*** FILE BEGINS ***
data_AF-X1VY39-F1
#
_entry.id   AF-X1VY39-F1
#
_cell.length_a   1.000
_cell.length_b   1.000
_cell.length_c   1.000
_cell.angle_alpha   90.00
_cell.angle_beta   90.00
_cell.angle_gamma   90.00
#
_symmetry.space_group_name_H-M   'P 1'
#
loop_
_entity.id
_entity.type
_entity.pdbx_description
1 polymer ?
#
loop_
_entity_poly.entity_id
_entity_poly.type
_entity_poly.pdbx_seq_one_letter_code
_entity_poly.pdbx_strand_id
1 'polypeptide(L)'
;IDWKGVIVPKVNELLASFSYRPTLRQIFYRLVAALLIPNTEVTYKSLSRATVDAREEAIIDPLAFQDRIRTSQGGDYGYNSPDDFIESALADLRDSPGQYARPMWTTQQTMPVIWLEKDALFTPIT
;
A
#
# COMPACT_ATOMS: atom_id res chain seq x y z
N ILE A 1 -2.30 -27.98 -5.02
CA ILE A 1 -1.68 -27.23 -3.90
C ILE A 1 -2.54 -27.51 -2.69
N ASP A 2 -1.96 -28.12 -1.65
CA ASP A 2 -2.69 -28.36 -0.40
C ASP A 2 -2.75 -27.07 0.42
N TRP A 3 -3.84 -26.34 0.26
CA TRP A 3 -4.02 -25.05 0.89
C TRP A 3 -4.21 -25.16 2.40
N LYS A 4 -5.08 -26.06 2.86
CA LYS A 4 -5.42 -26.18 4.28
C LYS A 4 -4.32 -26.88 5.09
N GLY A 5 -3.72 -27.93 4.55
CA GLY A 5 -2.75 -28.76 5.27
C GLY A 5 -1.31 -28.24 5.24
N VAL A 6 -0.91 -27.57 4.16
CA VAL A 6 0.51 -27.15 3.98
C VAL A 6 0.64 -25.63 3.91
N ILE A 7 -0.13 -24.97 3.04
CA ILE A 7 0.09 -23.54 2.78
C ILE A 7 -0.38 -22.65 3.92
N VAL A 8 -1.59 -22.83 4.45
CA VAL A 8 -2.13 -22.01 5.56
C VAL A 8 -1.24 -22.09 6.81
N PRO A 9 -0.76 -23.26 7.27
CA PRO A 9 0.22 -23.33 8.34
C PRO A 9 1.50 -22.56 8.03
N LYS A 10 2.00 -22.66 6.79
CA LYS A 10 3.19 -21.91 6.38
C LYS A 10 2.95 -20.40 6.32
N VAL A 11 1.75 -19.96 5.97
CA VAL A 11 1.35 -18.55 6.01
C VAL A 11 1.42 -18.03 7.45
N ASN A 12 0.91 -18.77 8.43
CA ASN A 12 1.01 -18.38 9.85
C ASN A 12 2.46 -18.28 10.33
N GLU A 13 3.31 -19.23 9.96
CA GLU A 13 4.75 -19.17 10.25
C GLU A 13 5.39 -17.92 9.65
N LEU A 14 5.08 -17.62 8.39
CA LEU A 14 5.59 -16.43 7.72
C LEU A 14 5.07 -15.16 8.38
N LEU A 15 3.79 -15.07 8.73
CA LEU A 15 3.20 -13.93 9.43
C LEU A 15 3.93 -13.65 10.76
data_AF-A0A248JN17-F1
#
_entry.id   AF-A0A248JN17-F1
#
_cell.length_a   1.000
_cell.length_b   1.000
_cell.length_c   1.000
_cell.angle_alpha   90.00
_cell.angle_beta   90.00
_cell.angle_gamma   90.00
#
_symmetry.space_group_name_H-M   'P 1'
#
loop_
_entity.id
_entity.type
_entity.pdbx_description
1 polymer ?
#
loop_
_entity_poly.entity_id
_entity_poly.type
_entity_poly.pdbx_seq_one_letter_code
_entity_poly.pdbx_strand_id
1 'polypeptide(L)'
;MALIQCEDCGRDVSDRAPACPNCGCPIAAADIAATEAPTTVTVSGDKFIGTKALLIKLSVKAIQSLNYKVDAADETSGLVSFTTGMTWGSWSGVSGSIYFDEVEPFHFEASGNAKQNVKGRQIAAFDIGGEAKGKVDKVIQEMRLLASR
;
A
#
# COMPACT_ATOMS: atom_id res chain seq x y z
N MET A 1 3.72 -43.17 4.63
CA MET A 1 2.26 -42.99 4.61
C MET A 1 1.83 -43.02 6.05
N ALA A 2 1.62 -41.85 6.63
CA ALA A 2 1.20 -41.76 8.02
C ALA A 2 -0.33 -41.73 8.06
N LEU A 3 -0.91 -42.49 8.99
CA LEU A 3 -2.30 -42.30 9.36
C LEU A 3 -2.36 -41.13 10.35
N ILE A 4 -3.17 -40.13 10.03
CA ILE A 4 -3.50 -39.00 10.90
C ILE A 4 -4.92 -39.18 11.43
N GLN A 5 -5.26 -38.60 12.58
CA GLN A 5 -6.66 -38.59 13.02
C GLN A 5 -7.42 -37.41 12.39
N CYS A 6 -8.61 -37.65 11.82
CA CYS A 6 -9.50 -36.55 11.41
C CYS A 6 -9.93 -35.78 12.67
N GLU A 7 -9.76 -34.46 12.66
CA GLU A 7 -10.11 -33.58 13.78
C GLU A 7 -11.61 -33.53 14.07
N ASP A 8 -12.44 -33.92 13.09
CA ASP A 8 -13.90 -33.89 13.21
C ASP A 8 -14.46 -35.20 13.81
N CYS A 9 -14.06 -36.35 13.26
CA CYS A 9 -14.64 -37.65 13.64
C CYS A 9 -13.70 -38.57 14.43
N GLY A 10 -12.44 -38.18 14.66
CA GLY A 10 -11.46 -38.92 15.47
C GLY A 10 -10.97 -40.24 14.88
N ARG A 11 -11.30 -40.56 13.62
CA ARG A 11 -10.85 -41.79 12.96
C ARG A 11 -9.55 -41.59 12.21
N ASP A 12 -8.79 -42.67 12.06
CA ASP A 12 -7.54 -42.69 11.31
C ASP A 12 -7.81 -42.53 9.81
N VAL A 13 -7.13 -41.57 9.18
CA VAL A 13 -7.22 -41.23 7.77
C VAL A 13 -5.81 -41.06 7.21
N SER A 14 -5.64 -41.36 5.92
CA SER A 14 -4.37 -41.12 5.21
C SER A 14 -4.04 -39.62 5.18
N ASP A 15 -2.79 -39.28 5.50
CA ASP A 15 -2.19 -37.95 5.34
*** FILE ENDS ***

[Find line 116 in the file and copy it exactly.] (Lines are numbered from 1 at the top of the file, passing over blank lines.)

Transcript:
CA ILE A 4 -3.50 -39.00 10.90